I went to the Allume Conference back in October, Hurricane Sandy hit and threw me all off schedule. Then I was prepping for a family reunion while my best friend I hadn't seen in years was in town for most of November. Then Christmas hit and I couldn't take the break I wanted... It seems to me the months are slipping away!! I have so wanted to share my new found love for this book but it kept getting put back on the shelf.
When I was a kid my dad was forced to remove the Latin class in our high school. I recall asking him what he was going to do with the Latin teacher and he said "Oh don't worry she can teach English." HUH? That confused me for a long time and I eventually put it out of my mind. When I read Uncovering The Logic of English By Denise Eide I suddenly realized it made sense. "Of course a Latin teacher could teach English!"
When I sat through the Allume Tea on this book, I was on the verge of tears for most of her talk. I was so emotional, it was answering questions I had been contemplating for years! As a dyslexic I often can not get the spell checker to even figure out what word I am trying to type. When I was in college, getting a word processor with a spell check feature, and my roommate taking pity on me and typing my papers into it, single handedly brought my grades up to the Deans List. Thanks Nadine!
My dad once told me "Don't worry about it, just write it out and fix it later." It was great advice. The problem was, later I often couldn't see what the errors were. The whole it looks right/wrong" approach to spelling never ever worked for me.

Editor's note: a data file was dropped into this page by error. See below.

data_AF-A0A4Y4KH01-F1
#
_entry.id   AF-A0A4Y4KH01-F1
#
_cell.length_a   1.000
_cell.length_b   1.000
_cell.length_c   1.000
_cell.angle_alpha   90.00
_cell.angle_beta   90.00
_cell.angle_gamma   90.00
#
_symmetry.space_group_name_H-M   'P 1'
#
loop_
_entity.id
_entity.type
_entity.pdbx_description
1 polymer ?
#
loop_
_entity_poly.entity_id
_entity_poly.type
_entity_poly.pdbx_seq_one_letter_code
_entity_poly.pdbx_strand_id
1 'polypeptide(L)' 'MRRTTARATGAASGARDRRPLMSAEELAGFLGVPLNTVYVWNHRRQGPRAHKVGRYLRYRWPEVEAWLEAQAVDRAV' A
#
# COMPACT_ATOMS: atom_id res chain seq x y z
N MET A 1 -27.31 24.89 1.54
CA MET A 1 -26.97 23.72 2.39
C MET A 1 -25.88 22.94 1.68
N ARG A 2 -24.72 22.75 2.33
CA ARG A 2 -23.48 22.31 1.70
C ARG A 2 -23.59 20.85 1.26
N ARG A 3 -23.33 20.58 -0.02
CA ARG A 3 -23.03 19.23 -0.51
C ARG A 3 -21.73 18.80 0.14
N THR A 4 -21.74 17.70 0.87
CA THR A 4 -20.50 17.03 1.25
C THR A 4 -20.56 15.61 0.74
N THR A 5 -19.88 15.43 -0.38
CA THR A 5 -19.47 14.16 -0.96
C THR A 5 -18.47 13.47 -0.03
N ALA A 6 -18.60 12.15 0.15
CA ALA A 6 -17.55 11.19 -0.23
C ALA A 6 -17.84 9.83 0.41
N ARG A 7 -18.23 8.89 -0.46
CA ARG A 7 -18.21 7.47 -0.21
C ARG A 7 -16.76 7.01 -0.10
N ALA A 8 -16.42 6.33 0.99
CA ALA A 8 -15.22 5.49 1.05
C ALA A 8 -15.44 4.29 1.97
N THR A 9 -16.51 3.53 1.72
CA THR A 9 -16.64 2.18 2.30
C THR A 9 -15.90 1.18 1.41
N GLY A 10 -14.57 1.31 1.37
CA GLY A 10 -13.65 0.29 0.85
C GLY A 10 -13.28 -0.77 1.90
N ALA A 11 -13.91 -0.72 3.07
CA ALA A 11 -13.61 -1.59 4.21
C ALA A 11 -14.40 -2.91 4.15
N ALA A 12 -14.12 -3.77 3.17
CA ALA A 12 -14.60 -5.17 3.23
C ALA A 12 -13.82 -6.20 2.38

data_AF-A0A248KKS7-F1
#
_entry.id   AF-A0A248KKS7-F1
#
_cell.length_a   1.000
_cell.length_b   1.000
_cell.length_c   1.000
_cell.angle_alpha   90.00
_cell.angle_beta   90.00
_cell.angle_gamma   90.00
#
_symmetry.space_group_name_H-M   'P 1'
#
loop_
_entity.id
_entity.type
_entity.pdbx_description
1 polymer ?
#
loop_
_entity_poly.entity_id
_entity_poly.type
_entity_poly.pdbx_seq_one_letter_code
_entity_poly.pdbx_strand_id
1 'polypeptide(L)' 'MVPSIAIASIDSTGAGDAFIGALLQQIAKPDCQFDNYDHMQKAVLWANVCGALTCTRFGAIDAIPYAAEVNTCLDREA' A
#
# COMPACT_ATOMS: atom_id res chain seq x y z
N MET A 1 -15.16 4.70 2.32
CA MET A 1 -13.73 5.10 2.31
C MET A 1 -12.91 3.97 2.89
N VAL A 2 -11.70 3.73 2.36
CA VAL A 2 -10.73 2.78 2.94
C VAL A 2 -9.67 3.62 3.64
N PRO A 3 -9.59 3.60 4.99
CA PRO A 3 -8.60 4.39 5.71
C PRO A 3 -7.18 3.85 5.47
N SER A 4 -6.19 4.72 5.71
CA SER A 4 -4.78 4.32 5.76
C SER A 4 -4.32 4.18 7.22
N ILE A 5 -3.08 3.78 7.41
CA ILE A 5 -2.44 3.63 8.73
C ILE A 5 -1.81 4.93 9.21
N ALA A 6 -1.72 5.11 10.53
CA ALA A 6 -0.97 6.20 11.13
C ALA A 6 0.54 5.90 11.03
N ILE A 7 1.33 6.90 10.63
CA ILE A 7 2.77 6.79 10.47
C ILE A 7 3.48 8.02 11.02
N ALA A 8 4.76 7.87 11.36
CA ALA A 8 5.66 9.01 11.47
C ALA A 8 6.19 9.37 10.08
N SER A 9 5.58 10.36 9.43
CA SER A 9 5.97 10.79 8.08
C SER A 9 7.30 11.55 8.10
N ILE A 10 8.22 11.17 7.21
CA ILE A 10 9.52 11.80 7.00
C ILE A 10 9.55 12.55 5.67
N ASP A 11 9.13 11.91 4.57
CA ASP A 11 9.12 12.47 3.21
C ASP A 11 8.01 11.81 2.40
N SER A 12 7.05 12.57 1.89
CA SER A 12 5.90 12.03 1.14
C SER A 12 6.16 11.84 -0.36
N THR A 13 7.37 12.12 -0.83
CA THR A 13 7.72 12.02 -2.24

Uncovering the Logic of English has been changing the way I look at words. After reading the book I found myself spelling "tomarrow" the way I've been spelling it wrong for years... but now when I do that, my brain is yelling at me that sound in the middle is not an A it's and O!!! Instead of right clicking I change it to--> "tomorrow." Behold I have now spelled it correctly... what no cookie? I still have no idea which rule is stuck in my brain that is telling me how to fix this word. I'm just really dog gone happy it is fixing itself. In fact I almost cried last week when I spelled scissors correctly. I have been avoiding this word FOREVER. Truly I would stoop to using "shears" because the spelling of scissors was so elusive. Here I am a grown adult suddenly absorbing the rules in this book, things I never noticed in spelling are now popping out of the woodwork.
In Unit 20 of CTC we were covering metrics in math. I love metrics, so orderly. My child was stuck on centimeter. She could not understand there were 100 of them in a meter. In the chapter Efficient Spelling and Vocabulary Development (pg 136). The author states "Understanding basic roots provides a context for learning the technical language of science outside of rote memorization." The examples in the book came flooding into my mind. Sweet Potato as you all know is a concrete thinker. If I could use a word she understands to hang this concept on, I knew I could get it to stick. (I also realized the person who instilled a love of how words flow together came from my dad, I had one of those momentary flash backs to walking up the backyard hill with him explaining how words related to one another). So in the middle of math/metrics I took out the allowance jar and started digging out pennies. I got a big pile of them in front of me and said "O.K. Sweet Potato here are 100 cents. How many cents to a dollar?"